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Parents from Sherburn Village, Sherburn Hill and West Rainton campaign over cut to school transport funding
AN MP is hoping to raise a parents’ school safety campaign in Parliament, after more than 300 people signed a petition calling for a change in government guidelines.
Roberta Blackman-Woods, Labour MP for Durham City, wants to have the petition read in Parliament later this month and then secure a debate, at which the Government minister responsible would have to be present and respond.
Dr Blackman-Woods outlined her plans after receiving the petition at a public meeting held at the Lambton Arms pub in Sherburn Village, near Durham, last night (Friday, January 11). About 30 people, including parents and children, attended.
Parents in Sherburn Village, Sherburn Hill and West Rainton are angry that, responding to government grant cuts, Durham County Council cut home-to-school transport funding, meaning children must live at least three miles from their secondary school to get a free bus pass. Previously, the cut-off point was two miles.
The change, which came into effect initially for year seven pupils only last September, is thought to effect around 26 families in the three villages.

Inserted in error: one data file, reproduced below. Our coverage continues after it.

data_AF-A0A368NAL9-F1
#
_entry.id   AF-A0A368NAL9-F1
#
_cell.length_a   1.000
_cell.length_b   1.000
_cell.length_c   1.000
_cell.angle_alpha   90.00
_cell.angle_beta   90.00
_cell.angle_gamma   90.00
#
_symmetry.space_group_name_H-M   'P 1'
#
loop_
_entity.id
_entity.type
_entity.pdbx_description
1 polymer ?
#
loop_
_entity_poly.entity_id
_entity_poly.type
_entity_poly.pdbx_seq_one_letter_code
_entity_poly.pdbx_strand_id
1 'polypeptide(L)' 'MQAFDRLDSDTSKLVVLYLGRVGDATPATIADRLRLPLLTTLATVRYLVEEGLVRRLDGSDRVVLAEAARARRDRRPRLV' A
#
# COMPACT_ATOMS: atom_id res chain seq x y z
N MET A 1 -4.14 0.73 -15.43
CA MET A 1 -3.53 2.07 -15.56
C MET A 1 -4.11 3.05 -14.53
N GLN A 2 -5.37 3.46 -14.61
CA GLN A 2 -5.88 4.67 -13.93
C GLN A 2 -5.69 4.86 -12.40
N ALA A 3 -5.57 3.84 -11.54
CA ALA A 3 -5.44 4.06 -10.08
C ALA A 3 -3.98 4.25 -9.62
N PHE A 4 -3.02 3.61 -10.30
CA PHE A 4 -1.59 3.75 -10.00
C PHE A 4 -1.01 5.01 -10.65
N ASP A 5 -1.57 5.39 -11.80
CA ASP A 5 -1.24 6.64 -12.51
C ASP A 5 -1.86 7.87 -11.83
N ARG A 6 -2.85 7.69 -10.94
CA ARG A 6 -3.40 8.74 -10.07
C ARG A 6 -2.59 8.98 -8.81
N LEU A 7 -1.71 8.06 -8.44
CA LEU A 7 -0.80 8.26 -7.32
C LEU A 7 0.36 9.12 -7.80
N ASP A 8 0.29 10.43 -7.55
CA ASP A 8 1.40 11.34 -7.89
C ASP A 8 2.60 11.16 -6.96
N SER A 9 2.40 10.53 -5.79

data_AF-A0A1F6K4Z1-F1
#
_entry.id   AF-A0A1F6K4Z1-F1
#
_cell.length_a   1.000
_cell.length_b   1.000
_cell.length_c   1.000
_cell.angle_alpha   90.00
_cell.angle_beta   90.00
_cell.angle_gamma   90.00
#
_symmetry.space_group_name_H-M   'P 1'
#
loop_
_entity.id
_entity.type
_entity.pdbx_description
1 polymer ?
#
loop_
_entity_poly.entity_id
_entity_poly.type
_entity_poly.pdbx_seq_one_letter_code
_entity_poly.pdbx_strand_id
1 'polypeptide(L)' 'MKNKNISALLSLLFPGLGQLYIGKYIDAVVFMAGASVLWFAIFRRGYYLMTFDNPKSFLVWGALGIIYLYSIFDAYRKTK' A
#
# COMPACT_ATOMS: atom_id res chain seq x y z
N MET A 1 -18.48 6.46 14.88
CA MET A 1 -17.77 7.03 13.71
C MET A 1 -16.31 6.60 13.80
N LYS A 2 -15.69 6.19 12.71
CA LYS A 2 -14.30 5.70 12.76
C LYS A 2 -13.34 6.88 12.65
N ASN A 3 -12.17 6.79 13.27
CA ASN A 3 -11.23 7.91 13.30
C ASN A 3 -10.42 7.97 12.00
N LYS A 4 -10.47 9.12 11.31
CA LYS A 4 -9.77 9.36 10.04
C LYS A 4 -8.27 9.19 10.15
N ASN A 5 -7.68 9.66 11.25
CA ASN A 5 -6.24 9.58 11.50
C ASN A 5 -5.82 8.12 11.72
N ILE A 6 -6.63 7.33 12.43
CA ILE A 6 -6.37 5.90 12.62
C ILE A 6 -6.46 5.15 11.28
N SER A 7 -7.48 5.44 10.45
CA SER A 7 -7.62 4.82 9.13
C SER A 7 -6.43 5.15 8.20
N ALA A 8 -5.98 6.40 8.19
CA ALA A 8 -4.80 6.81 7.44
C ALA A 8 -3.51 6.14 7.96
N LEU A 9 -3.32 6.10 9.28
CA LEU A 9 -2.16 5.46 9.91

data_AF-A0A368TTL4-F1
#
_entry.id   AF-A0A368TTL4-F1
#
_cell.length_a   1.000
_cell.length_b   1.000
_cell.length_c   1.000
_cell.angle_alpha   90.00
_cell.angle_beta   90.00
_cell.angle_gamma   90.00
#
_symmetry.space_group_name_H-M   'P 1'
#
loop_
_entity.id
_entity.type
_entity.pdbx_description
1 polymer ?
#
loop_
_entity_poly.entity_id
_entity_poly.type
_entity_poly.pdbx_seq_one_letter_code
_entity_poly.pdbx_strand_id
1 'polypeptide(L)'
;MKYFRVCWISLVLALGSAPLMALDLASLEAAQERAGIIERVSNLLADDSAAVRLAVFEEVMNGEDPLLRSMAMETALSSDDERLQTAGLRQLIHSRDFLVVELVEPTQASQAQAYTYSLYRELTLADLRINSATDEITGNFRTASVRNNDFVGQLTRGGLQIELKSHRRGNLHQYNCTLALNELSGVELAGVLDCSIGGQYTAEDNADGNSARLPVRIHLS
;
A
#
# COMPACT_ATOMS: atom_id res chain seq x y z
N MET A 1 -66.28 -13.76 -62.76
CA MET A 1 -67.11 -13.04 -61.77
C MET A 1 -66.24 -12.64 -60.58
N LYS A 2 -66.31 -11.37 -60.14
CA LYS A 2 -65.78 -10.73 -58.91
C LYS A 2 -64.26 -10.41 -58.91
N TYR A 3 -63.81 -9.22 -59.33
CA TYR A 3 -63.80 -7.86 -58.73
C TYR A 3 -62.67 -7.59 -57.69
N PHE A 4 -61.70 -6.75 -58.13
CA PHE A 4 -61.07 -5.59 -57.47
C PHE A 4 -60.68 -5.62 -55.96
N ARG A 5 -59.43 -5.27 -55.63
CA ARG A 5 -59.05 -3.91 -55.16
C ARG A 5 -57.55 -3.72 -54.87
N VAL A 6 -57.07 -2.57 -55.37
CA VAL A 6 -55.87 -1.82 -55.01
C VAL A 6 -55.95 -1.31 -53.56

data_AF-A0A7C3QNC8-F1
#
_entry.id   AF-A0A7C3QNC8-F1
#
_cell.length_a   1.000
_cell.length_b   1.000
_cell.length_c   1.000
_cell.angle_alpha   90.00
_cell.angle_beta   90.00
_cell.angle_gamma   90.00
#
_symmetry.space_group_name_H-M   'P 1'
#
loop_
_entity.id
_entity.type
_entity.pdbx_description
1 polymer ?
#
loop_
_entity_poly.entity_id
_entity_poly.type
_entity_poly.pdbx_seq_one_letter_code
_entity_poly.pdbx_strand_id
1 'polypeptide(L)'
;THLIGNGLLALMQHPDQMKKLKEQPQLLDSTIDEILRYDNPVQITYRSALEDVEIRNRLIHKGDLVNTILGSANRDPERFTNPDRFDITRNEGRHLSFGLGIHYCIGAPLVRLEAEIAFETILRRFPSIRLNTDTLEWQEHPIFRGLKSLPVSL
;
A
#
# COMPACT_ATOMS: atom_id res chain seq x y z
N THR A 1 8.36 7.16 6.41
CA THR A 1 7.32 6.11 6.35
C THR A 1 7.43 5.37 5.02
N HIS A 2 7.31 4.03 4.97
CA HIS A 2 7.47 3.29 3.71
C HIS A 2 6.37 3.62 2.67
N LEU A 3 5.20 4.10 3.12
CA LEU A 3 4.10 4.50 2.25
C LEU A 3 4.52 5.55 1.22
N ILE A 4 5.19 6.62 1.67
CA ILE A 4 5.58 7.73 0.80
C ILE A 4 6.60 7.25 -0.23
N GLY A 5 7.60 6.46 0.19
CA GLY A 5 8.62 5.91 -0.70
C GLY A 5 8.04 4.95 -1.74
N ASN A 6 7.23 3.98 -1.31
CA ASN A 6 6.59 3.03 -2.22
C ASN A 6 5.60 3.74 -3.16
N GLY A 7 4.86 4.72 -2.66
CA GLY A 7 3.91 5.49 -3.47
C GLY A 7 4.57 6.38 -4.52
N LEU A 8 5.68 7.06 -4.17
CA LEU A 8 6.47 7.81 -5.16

Pittington children continue to receive free transport because there is no safe walking route to the school involved, Belmont Community School.
Parents in the Sherburns say the route their children are expected to walk is unsafe as it includes The Scrambles, an open area which council transport chief Adrian White previously said he would not want to send an 11-year-old child of his down because of safety concerns.
West Rainton families are unhappy that their route involves walking next to the busy A690.
Their petition challenges government guidelines on what constitutes a safe route, saying it should have to be lit, should not be too isolated and should be safe for children to walk unaccompanied.
Stephen Guy, a Labour candidate in May’s council elections, said vulnerable people were again being hit by central government cuts.
Dr Blackman-Woods said the guidelines were absolutely ridiculous and she could “hardly imagine a worse piece of public policy”. However, the council could still be more helpful, she added.
The council is subsidising the bus fares, so parents pay £1.50 of the approximately £3-a-day cost – or £96 a term, and has set up a monthly direct debit scheme for payments.
A council spokeswoman said there had been no change in its assessment of the ‘safe’ walking routes.
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